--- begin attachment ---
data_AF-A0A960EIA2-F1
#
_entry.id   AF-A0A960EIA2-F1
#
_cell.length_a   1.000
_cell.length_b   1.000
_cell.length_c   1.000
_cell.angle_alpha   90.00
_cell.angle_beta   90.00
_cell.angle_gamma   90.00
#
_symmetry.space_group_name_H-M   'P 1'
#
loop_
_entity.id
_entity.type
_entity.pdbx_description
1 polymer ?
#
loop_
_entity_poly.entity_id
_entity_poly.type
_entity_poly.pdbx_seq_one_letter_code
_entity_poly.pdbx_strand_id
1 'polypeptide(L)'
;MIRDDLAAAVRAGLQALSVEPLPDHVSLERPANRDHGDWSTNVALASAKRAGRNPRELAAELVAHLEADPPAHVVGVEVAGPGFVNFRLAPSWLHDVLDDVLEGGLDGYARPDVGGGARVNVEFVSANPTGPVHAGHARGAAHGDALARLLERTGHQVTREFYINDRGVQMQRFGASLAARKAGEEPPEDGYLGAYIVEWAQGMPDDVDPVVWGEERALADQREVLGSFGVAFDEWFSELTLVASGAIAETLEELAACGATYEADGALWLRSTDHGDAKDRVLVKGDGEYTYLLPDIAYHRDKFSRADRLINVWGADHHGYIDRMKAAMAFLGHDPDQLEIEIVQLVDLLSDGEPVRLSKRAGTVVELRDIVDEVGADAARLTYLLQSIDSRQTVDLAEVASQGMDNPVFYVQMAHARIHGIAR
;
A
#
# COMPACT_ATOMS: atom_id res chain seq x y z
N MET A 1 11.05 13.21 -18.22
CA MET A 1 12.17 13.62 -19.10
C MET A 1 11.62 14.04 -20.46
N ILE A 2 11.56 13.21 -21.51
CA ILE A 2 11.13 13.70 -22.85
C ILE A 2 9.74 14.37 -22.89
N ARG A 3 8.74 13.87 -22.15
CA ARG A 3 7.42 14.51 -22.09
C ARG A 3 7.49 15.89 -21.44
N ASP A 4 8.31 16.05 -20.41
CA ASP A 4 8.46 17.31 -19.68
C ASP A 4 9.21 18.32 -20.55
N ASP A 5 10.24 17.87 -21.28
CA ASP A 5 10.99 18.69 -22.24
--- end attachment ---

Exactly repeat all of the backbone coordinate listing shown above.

data_AF-A0A960EIA2-F1
#
_entry.id   AF-A0A960EIA2-F1
#
_cell.length_a   1.000
_cell.length_b   1.000
_cell.length_c   1.000
_cell.angle_alpha   90.00
_cell.angle_beta   90.00
_cell.angle_gamma   90.00
#
_symmetry.space_group_name_H-M   'P 1'
#
loop_
_entity.id
_entity.type
_entity.pdbx_description
1 polymer ?
#
loop_
_entity_poly.entity_id
_entity_poly.type
_entity_poly.pdbx_seq_one_letter_code
_entity_poly.pdbx_strand_id
1 'polypeptide(L)'
;MIRDDLAAAVRAGLQALSVEPLPDHVSLERPANRDHGDWSTNVALASAKRAGRNPRELAAELVAHLEADPPAHVVGVEVAGPGFVNFRLAPSWLHDVLDDVLEGGLDGYARPDVGGGARVNVEFVSANPTGPVHAGHARGAAHGDALARLLERTGHQVTREFYINDRGVQMQRFGASLAARKAGEEPPEDGYLGAYIVEWAQGMPDDVDPVVWGEERALADQREVLGSFGVAFDEWFSELTLVASGAIAETLEELAACGATYEADGALWLRSTDHGDAKDRVLVKGDGEYTYLLPDIAYHRDKFSRADRLINVWGADHHGYIDRMKAAMAFLGHDPDQLEIEIVQLVDLLSDGEPVRLSKRAGTVVELRDIVDEVGADAARLTYLLQSIDSRQTVDLAEVASQGMDNPVFYVQMAHARIHGIAR
;
A
#
# COMPACT_ATOMS: atom_id res chain seq x y z
N MET A 1 11.05 13.21 -18.22
CA MET A 1 12.17 13.62 -19.10
C MET A 1 11.62 14.04 -20.46
N ILE A 2 11.56 13.21 -21.51
CA ILE A 2 11.13 13.70 -22.85
C ILE A 2 9.74 14.37 -22.89
N ARG A 3 8.74 13.87 -22.15
CA ARG A 3 7.42 14.51 -22.09
C ARG A 3 7.49 15.89 -21.44
N ASP A 4 8.31 16.05 -20.41
CA ASP A 4 8.46 17.31 -19.68
C ASP A 4 9.21 18.32 -20.55
N ASP A 5 10.24 17.87 -21.28
CA ASP A 5 10.99 18.69 -22.24